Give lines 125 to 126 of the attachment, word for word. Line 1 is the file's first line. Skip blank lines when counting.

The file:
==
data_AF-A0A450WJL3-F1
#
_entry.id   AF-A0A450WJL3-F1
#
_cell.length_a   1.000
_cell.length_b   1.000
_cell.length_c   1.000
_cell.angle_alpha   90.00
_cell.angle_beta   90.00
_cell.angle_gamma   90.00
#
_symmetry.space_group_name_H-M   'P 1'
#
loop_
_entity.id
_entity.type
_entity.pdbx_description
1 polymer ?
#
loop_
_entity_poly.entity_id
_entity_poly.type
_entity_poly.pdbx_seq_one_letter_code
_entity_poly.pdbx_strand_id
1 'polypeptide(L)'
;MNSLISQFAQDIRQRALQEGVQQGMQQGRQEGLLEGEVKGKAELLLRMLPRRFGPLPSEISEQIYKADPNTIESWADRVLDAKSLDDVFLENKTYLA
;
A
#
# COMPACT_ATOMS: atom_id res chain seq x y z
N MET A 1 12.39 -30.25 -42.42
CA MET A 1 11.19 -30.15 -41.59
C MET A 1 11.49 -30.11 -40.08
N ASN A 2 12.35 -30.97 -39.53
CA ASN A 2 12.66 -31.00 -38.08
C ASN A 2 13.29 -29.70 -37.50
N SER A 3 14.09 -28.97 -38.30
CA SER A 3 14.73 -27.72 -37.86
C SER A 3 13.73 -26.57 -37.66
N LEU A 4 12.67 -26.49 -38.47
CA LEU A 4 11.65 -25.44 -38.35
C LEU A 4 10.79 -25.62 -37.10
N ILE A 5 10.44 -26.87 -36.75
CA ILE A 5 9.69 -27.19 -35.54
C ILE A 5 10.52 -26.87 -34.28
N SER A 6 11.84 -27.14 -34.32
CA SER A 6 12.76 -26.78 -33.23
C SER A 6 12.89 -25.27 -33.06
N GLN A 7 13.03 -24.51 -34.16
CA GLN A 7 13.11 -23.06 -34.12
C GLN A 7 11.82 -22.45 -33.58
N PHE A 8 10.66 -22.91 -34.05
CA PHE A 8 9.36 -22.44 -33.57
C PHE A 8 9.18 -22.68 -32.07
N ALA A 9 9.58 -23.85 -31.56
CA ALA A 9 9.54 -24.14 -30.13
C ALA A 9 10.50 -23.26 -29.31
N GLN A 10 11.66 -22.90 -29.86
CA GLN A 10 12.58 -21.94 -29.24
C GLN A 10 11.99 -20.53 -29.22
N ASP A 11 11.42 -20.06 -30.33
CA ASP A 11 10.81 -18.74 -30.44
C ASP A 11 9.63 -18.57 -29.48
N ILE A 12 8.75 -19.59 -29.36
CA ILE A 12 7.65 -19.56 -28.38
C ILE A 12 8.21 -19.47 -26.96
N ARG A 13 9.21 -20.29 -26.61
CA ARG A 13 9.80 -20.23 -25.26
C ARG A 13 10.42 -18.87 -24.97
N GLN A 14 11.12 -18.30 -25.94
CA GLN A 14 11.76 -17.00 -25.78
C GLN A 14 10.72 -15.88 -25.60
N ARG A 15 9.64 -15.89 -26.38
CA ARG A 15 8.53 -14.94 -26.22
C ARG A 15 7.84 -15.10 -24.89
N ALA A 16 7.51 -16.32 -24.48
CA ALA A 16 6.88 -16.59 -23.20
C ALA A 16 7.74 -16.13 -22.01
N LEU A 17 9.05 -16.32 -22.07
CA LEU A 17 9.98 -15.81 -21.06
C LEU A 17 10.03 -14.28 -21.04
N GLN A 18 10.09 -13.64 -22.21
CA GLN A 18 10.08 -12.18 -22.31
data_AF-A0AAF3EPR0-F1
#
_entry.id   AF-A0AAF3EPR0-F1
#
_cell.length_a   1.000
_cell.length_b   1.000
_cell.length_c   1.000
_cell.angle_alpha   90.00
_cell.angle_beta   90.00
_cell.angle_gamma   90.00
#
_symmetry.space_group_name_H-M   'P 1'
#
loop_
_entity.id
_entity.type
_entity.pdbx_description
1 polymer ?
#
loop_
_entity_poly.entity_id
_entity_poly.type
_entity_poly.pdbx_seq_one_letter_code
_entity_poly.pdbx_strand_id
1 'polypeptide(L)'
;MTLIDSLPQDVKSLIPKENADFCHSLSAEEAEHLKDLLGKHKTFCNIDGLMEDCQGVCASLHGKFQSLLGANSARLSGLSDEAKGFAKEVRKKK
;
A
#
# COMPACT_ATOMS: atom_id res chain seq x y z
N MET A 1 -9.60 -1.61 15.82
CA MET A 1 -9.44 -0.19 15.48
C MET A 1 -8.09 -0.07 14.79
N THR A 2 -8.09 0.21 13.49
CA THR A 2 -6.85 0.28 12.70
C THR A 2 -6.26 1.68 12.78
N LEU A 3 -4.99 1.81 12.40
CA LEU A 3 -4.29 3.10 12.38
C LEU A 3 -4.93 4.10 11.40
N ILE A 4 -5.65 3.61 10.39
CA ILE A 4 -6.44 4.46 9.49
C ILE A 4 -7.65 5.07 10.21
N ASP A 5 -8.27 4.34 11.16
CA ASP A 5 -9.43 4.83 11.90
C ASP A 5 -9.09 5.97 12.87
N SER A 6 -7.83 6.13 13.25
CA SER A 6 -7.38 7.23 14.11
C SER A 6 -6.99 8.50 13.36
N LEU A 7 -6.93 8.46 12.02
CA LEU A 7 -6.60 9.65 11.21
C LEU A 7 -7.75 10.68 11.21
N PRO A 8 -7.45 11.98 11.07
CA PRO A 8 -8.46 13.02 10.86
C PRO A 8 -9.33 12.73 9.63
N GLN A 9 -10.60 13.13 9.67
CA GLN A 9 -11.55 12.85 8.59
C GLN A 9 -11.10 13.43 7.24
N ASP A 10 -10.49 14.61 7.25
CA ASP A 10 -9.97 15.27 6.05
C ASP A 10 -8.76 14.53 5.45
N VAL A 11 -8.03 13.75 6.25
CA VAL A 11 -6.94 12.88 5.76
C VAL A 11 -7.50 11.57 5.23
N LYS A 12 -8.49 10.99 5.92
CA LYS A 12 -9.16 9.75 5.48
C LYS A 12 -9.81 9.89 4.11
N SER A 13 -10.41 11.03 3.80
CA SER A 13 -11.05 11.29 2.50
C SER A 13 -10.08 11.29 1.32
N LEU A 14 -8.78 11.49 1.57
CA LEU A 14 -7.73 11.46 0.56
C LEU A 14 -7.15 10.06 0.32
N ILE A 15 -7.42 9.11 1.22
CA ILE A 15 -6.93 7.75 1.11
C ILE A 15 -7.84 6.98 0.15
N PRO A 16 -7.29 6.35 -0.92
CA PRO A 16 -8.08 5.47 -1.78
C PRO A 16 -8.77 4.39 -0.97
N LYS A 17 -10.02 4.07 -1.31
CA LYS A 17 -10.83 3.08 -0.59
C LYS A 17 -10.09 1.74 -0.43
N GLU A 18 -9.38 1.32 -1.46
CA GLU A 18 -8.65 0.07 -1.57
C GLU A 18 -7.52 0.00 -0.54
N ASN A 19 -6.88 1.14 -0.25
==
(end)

C ILE A 4 -7.65 5.07 10.21
N ASP A 5 -8.27 4.34 11.16